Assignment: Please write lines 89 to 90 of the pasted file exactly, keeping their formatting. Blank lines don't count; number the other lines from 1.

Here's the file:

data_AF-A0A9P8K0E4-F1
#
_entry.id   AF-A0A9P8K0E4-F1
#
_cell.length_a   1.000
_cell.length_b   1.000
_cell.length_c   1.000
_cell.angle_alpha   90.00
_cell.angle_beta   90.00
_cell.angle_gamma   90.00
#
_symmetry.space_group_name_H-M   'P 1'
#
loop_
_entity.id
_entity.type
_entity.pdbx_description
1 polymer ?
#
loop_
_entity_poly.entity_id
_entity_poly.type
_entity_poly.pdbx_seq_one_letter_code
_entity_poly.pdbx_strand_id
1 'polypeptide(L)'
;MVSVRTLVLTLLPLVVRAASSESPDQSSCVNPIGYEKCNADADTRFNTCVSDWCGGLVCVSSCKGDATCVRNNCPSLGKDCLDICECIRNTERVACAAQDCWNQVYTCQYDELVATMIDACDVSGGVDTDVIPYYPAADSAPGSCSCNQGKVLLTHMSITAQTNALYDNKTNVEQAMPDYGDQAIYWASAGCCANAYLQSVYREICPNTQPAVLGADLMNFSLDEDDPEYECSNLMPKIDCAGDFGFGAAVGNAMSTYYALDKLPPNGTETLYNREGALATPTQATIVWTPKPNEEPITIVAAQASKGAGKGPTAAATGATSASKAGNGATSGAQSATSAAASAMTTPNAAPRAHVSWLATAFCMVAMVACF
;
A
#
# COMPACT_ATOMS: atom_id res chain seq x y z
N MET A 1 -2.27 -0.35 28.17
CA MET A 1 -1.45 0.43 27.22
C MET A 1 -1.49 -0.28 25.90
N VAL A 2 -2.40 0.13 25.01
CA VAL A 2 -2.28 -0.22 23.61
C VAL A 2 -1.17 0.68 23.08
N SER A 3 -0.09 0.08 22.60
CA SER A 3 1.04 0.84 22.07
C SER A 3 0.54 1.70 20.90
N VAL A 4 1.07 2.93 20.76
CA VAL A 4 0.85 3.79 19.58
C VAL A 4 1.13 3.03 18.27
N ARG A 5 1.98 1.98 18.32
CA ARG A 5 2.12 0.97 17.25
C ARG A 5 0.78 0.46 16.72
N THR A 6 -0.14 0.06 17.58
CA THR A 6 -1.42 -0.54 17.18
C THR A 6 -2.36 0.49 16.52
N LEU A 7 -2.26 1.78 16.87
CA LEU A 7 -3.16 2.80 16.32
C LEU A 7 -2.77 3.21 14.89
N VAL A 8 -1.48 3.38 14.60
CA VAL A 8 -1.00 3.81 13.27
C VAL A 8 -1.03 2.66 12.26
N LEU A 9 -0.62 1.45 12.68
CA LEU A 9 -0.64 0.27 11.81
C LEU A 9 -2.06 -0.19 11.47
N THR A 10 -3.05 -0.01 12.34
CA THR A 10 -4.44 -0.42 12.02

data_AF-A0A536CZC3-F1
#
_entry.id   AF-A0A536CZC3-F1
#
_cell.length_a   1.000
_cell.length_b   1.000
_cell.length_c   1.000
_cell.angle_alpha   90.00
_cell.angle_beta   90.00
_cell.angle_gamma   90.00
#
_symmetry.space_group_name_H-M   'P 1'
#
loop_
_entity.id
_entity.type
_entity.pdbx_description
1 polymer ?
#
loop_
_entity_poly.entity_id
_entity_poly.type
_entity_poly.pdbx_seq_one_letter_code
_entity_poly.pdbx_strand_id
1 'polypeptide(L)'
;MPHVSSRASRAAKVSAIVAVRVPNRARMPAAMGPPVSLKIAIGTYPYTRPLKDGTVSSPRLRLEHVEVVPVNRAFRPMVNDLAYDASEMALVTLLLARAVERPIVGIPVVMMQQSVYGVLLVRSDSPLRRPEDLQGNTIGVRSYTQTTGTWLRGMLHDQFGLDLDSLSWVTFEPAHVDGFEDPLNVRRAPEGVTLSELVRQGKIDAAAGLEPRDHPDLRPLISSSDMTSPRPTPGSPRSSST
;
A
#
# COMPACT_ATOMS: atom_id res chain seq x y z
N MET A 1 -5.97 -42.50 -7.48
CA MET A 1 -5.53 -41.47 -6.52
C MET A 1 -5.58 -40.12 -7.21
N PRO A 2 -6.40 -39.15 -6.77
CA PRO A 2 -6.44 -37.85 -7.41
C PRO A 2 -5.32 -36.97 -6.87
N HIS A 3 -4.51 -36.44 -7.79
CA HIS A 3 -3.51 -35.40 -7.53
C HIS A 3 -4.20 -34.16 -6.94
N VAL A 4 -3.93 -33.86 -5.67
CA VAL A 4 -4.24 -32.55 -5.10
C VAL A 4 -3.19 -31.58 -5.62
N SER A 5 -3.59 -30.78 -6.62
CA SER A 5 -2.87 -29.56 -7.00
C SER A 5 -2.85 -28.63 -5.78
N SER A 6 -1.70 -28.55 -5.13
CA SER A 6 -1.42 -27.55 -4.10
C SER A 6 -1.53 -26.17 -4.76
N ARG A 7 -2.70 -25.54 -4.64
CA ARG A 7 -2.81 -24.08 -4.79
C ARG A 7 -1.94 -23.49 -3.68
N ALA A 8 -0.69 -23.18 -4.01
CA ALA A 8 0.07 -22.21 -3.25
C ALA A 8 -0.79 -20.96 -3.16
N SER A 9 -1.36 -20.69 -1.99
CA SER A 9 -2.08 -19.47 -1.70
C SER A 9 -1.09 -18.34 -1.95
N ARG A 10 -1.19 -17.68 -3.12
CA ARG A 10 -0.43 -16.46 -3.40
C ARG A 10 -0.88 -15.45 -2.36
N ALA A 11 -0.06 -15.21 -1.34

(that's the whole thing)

# COMPACT_ATOMS: atom_id res chain seq x y z
N MET A 1 -5.97 -42.50 -7.48